hook_menu_alter() is not thought to dynamically add new routes. As any similar alter hook, it is thought to alter the routes defined from other modules.
It would not work for dynamically adding new routes for the simply fact that, similarly to
hook_menu() is only invoked in specific cases, for example, when a module is installed, uninstalled, enabled, or disabled.
If you need to have dynamic pages, you need to do what Drupal does for nodes: You define a route with wildcards, which is similar to the node/%node route defined for nodes.
hook_menu() has some example for this kind of routes, under Wildcards in Paths.
For example, a route definition as the following could be used to serve a page like my-module/1, my-module-2, etc.
mymodule_abc() would recive the wildcard value as argument, and it could use that argument to access data from a database table, which is essentially what Drupal does when a user visits node/1: It loads the node whose ID is equal to 1 from the node table, and it shows it to the user who requested that page.
$items['my-module/%'] = array(
'page callback' => 'mymodule_abc',
'page arguments' => array(1),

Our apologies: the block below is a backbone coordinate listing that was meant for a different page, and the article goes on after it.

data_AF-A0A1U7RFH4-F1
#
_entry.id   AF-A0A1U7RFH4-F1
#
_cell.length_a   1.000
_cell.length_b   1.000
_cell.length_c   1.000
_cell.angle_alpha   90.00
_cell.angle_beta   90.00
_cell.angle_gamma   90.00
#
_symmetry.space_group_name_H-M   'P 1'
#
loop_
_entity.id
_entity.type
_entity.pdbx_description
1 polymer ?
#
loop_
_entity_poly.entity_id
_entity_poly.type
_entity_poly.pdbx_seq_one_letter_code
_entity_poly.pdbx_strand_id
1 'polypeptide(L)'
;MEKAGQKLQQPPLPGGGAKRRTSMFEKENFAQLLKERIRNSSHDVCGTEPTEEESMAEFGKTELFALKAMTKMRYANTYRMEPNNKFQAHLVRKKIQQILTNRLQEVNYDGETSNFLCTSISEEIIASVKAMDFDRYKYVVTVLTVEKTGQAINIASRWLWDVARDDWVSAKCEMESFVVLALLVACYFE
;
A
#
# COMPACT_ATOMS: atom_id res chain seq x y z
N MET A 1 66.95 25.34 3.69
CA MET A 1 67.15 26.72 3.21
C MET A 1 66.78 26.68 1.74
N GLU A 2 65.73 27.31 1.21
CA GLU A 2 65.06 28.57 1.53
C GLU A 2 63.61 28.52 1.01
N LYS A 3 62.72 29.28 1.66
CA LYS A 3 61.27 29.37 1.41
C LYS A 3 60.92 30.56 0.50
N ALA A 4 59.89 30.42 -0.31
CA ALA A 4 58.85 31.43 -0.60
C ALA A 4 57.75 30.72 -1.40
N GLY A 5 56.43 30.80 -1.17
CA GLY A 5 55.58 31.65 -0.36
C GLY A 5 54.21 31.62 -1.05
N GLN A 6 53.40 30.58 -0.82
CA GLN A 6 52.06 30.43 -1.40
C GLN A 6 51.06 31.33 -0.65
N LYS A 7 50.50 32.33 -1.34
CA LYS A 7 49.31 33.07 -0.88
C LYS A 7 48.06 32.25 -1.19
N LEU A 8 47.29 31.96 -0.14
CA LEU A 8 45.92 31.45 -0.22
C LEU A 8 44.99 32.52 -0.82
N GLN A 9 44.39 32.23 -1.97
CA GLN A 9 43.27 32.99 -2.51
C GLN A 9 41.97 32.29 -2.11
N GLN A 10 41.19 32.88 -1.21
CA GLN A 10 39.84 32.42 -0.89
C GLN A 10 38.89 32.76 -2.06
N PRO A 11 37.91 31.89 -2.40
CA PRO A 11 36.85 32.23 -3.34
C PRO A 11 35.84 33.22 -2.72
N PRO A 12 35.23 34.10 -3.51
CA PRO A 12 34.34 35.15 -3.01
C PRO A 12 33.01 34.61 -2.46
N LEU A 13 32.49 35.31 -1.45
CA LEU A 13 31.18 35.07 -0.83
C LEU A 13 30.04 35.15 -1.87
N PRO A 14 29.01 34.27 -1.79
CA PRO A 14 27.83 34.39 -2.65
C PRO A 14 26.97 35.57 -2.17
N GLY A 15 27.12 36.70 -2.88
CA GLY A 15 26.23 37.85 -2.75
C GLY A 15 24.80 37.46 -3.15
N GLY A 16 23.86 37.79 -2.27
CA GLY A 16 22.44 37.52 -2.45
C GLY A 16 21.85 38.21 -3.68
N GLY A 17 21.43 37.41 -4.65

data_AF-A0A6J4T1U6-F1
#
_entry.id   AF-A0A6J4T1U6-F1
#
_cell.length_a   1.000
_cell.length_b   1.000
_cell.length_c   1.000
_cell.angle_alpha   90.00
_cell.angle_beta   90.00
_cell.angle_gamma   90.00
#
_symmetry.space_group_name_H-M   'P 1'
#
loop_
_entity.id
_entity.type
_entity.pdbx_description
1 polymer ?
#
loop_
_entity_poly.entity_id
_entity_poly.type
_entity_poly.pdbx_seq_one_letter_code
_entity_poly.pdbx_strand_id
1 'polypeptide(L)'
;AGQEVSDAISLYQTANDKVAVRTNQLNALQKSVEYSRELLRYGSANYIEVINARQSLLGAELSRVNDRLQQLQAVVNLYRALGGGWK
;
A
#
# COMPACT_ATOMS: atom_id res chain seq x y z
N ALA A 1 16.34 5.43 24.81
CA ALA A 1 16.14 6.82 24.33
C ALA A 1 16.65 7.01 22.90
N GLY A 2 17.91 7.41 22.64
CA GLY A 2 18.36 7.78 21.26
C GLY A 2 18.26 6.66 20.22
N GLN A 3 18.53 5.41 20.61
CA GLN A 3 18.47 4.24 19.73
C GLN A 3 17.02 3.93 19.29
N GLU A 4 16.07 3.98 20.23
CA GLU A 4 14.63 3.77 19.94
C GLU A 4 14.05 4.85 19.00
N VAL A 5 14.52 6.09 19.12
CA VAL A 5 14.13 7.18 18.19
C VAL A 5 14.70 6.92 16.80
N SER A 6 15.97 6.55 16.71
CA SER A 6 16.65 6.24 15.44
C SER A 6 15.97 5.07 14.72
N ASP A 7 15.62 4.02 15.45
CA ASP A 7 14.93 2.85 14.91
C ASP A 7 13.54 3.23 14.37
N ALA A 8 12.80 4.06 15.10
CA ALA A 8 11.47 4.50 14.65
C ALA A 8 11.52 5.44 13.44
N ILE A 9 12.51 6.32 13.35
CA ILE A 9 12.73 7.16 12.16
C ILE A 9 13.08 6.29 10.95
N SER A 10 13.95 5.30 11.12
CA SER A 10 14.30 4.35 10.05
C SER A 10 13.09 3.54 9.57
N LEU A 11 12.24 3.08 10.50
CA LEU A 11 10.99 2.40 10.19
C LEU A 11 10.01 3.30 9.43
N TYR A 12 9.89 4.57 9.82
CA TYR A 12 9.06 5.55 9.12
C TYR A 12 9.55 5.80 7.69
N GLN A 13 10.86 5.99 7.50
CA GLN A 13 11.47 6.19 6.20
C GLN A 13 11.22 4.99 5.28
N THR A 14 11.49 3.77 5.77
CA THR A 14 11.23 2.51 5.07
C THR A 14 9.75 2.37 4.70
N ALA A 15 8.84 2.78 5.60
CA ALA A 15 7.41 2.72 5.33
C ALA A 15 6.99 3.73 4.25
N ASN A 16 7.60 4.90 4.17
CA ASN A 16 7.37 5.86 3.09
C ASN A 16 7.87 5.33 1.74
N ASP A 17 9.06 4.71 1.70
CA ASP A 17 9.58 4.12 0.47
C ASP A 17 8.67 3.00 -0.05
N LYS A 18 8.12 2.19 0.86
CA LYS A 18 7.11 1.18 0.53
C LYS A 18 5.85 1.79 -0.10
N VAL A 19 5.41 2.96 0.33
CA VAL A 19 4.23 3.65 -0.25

As side note, as said in Auto-Loader Wildcards, instead of my-module/%, you could use my-module/%mymodule_abc, and
mymodule_abc_load() will be called every time a page like my-module/1 is accessed, getting the wildcard value (1) as argument; it could then return the object saved in the database from the form submission handler.
node_load() as example. That function returns the object saved in the database from the form submission handler of the node edit form.
Auto-Loader wildcards are helpful when there are more routes that your module defines. For example, the Node module uses them because the routes it defines using wildcards are node/%node, node/%node/edit, and node/%node/delete. Instead of putting the code to load the node in 3 different page callbacks, it puts the code in a single function (
node_load()) automatically called from Drupal.